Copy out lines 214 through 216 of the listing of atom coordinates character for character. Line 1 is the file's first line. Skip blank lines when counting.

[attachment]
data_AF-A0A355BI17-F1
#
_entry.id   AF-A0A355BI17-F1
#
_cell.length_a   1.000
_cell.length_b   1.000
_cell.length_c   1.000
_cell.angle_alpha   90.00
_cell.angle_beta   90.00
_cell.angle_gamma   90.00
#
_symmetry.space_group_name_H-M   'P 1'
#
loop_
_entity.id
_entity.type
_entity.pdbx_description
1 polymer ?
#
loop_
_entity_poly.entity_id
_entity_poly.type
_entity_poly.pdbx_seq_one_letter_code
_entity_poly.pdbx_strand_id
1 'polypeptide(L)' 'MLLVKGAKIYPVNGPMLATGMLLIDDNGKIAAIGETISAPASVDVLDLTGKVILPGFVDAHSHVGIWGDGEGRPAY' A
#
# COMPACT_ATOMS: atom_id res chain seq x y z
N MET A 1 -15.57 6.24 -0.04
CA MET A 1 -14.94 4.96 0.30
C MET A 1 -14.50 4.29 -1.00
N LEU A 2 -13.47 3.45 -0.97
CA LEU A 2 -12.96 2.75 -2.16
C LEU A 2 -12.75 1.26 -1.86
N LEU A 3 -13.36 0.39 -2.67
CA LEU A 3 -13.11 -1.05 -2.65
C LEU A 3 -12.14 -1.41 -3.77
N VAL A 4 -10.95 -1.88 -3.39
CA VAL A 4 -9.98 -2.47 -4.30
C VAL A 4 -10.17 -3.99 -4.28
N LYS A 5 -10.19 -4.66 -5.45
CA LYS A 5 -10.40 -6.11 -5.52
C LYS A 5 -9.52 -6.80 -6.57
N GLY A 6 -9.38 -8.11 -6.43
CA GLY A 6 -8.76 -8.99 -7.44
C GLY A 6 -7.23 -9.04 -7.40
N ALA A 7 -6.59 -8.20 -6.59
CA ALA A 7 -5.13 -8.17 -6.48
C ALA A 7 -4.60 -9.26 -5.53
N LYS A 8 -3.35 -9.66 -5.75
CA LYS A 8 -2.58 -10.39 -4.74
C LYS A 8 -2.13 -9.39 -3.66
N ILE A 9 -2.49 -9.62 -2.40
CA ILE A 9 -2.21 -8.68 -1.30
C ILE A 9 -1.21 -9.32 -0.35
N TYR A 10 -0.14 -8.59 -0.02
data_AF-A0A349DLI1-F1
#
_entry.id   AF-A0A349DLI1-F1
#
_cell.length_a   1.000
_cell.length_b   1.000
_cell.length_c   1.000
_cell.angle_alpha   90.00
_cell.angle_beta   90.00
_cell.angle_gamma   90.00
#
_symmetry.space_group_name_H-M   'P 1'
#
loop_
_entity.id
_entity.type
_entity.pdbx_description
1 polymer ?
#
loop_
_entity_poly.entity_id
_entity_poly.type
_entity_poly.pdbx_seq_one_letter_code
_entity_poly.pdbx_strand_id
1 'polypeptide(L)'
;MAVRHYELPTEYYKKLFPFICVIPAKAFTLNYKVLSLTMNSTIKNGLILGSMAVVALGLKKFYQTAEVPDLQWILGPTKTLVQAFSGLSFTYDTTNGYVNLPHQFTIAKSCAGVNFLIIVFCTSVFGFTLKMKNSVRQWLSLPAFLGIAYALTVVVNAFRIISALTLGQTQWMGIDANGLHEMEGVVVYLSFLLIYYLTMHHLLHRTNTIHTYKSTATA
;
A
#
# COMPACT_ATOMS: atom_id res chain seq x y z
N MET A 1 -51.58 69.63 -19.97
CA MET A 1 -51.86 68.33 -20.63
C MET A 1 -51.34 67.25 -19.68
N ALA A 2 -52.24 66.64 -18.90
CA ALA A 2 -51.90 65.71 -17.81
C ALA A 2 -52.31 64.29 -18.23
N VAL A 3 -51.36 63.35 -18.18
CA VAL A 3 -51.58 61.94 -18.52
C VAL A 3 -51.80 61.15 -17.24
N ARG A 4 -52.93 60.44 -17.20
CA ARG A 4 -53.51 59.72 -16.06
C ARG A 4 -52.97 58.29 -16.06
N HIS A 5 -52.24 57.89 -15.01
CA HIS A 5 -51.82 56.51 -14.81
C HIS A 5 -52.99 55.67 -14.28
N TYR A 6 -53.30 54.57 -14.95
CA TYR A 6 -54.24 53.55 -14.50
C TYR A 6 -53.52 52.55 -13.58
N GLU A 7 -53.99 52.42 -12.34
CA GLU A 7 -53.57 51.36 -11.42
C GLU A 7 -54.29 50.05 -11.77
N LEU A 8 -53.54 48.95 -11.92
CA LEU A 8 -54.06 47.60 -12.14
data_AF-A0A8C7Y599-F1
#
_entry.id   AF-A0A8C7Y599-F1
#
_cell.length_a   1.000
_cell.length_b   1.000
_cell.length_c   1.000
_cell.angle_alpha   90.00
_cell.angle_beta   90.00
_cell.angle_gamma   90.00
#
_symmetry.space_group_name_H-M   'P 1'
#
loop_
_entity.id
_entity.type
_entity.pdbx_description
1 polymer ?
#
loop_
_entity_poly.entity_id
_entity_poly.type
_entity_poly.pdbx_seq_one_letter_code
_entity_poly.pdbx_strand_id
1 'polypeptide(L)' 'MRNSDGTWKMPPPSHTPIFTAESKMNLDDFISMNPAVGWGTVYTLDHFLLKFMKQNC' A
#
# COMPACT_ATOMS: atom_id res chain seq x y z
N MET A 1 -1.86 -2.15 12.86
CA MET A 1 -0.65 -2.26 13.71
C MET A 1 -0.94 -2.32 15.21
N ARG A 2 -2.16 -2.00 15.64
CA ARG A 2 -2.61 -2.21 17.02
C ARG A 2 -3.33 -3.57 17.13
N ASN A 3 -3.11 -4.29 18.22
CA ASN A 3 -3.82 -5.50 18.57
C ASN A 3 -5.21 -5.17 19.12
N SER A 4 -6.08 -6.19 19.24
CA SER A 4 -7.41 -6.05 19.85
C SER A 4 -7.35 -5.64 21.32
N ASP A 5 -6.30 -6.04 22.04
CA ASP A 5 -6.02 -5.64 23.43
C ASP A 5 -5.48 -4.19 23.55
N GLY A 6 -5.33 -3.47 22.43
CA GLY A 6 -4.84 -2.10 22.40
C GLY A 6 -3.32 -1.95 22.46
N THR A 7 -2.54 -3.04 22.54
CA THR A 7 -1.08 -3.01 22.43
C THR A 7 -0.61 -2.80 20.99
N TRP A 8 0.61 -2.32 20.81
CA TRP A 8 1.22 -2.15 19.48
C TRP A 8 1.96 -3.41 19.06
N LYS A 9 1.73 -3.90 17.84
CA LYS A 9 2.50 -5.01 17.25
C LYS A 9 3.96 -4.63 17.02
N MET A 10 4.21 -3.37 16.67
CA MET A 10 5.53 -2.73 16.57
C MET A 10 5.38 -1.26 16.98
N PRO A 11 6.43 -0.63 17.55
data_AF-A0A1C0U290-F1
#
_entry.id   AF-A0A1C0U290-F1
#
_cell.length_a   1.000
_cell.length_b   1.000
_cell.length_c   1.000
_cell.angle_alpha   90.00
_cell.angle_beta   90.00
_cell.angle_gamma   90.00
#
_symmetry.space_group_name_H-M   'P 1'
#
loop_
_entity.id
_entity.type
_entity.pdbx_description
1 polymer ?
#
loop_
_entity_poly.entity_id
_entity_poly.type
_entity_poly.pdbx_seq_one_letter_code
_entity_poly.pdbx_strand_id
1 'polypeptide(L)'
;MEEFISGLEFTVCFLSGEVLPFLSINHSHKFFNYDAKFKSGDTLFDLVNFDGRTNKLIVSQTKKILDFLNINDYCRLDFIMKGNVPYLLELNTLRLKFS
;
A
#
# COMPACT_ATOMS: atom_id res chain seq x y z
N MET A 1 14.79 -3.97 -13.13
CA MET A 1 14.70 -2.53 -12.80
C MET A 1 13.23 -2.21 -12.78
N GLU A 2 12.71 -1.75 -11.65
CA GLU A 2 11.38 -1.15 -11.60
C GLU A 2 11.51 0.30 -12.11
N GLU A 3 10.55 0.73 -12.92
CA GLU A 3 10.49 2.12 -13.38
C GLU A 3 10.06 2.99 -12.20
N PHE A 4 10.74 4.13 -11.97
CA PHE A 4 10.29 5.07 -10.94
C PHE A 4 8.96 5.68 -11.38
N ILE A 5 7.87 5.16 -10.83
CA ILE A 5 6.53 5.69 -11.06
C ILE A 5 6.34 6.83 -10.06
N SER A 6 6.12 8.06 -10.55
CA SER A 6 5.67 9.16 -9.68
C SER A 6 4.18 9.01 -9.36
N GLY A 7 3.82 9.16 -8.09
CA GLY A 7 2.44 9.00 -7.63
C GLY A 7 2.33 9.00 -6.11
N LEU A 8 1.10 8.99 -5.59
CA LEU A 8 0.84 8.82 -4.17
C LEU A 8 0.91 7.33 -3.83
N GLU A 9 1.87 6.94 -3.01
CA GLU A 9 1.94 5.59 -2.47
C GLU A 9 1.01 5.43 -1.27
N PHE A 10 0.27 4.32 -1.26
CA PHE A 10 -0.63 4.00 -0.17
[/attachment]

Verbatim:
C SER A 6 4.18 9.01 -9.36
N GLY A 7 3.82 9.16 -8.09
CA GLY A 7 2.44 9.00 -7.63